# First we will need to set up your working directory

1. Method 1
• Click Session - Choose Directory - Desktop-RNanoCourse-rscripting_workshop
• Click File - Open File - rscripting.Rmd
2. Method 2
• setwd(“~/Desktop/RNanoCourse/DIG_csv”) #on Mac
• Click File - Open File - rscripting.Rmd

1. Writing a simple function. Paste the following code in your console.
SumOfNumbers <- function(x,y) {
z = x + y
return (z)
}

This is a a simple function called SumOfNumbers, which takes two arguments x and y and returns their sum.

1. Use the function SumOfNumbers to add x=35 and y=43?

The basics of a function are: FunctionName <- function(args1,args2) { statements return (something) }

1. Create a function SumOfSquares which takes two arguments x and y and returns the sum of the squares

2. Functions can return a list of multiple arguments for more complex calculations, using the list() function

MultipleCalculations <- function(x,y) {
z = x + y
c = x^2 + y^2
a = list(result1=z, result2=c)
return (a)
}
1. Try the function on MultipleCalculations on x=5 and y=4? What does it return

2. Functions can take a variety of argument types
• single numbers
• vectors
• matrices

Make the vectors v1 and v2 and use the function SumOfNumbers to add the two. What is the result?

v1 <- c(1,4,5)
v2 <- c(-1,20,3)
SumOfNumbers(v1,v2)
## [1]  0 24  8

Make the matrices m1 and m2 and use the function SumOfSquares to get the sum of squares the two. What is the result?

m1 <- matrix( c(4, 3, -3, 1, -3, 4), ncol=2)
m2 <- matrix( c(-2, 2, -2, 0 , 5, 2), ncol=2)

### Summary:

• Check for errors along the way.
• Try out your function with simple examples to make sure it’s working properly

# Loops

We have written function that perform a single operation. But we want to write a function that can be used many times to do the same operation on lots of different data.

• For: Allows operations to be executed repeatedly
• While: Allows operations to be executed repeatedly until a condition is meet
• Repeat: Allows operations to be executed repeatedly until a a user defined condition is meet

## For Loops

The for loop is used when iterating through a list.

1. A simple for loop that prints out numbers 1 through 4:
for(i in 1:4) {
print(i)
}
## [1] 1
## [1] 2
## [1] 3
## [1] 4
1. Create a matrix and find the sum of each row.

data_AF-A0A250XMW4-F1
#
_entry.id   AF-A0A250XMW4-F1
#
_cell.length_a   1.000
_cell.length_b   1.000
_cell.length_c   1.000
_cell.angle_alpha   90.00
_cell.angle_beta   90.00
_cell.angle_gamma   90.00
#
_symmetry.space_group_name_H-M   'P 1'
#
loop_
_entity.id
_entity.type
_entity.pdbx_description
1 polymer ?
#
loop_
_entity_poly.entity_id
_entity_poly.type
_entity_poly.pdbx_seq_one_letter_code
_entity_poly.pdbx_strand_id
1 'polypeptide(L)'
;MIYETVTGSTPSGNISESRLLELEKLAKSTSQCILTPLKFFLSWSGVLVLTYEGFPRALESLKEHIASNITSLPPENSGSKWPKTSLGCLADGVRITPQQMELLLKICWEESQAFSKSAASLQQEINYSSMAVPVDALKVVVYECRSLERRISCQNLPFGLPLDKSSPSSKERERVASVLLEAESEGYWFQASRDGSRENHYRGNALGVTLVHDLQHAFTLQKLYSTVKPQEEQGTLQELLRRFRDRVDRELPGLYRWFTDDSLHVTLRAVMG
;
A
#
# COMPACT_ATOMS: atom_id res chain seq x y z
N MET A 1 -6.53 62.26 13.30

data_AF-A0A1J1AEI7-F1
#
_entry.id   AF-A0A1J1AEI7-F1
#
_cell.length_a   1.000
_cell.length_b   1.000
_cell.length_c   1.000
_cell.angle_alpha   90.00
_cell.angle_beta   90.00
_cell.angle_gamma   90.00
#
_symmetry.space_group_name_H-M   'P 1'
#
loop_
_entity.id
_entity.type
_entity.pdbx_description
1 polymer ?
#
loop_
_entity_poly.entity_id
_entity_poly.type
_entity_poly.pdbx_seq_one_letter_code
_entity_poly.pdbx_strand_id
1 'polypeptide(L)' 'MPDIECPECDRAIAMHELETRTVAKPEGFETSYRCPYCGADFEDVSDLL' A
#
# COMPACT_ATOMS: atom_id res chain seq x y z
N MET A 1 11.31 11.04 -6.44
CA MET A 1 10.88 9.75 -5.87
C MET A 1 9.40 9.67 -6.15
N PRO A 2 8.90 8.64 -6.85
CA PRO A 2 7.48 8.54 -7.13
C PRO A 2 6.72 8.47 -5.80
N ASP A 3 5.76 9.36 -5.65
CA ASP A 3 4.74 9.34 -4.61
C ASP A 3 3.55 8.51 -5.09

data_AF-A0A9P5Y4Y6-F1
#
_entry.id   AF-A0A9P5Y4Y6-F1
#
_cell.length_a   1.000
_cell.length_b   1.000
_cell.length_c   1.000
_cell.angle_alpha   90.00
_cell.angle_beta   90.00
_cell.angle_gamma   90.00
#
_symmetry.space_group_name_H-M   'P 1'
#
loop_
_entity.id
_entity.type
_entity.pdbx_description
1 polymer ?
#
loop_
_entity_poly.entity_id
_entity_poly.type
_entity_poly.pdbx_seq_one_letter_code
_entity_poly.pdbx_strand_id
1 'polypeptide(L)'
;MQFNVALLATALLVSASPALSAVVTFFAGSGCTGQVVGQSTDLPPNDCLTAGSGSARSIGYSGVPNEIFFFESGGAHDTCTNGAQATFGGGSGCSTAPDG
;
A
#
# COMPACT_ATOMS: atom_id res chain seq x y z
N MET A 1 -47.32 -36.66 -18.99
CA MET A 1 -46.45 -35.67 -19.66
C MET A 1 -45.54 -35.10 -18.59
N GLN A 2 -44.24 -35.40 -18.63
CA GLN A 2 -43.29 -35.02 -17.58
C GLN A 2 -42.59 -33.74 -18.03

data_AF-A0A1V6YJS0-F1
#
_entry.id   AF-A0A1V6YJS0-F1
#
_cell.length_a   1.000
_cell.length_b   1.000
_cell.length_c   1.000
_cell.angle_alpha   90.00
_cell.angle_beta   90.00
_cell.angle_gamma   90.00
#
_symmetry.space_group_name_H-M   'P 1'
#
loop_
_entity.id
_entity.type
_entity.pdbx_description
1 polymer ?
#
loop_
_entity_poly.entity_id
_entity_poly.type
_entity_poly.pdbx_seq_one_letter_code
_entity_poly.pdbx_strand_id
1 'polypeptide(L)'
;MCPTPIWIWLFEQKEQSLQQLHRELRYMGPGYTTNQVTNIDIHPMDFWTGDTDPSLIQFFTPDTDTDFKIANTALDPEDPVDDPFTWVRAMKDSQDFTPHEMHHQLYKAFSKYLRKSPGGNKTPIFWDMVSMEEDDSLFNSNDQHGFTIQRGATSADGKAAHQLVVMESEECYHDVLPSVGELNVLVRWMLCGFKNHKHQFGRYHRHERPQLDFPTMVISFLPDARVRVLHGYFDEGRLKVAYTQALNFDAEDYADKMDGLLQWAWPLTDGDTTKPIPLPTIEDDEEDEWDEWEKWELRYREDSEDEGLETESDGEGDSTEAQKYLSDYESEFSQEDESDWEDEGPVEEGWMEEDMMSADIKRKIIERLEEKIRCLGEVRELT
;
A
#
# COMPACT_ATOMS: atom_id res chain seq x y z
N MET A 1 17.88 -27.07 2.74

example.matrix <- matrix( c(4, 8, 31, 1, 0, 20, 10, 20, 15,12, 34, 2), ncol=4)

MatrixRowSum <- function(m){
vector.row <- matrix()
for (i in 1:nrow(m)){
row.sum <- 0
for (j in 1:ncol(m)){
row.sum <- row.sum + m[i,j]
}
vector.row[i] <- row.sum
}
return(vector.row)
}

MatrixRowSum(example.matrix)
## [1] 27 62 68
1. Write the a function, MatrixRowMean to find the mean of each row for example.matrix.

## Apply functions

There are several function in R that allow you to apply some function to a series of objects (eg. vectors, matrices, dataframes or files). They include:

• apply : Applies a function to every column or row of an array and returns the results in an array.
• lapply: Applies a function to elements in a list or a vector and returns the results in a list.
• sapply: Applies a function to elements in a list and returns the results in a vector, matrix or a list.
• tapply: Applies a function to each cell of an array.

apply(X, MARGIN, FUN, …)

• X : Array or Matrix
• Margin: Specify which margin we want to apply the function to and which margin we wish to keep. If the array we are using is a matrix then we can specify the margin to be either 1 (apply the function to the rows) or 2 (apply the function to the columns).
• FUN: Can be any function that is built in or user defined to be applied to X
• …: Additional arguments for that will be passed to the function.
1. Example of finding the sum of each row using the apply function.
apply(example.matrix,1,sum)
## [1] 27 62 68
1. Find the mean and the median of each row using the apply function.

# Writing Scripts

An R script is simply a text file containing the same commands that you would enter on the command line of R.

## Plotting

### Boxplots

A standard way of showing the distribution of the data.

1. Load iris sample data and install necessary packages. Make a boxplot of Sepal.Length by Species.
ggplot(data = iris, aes(Species, Sepal.Length)) + geom_boxplot()

### Violin plots

A violin plot is more informative than a plain box plot. In fact while a box plot only shows summary statistics such as mean/median and interquartile ranges, the violin plot shows the full distribution of the data.

1. Make a violin plot of Sepal.Length by Species.
ggplot(data = iris, aes(Species, Sepal.Length)) +  geom_violin() + geom_jitter(height = 0)

Can we generalize a function to make both boxplot and violin plot side by side?

Open multi_plots.R and lets walk through the function.

1. Plot Sepal.Length and Species using the MultiPlots function.
source('multi_plots.R')
MultiPlots(iris, aes(Species, Sepal.Length), "Boxplot and Violin Plot")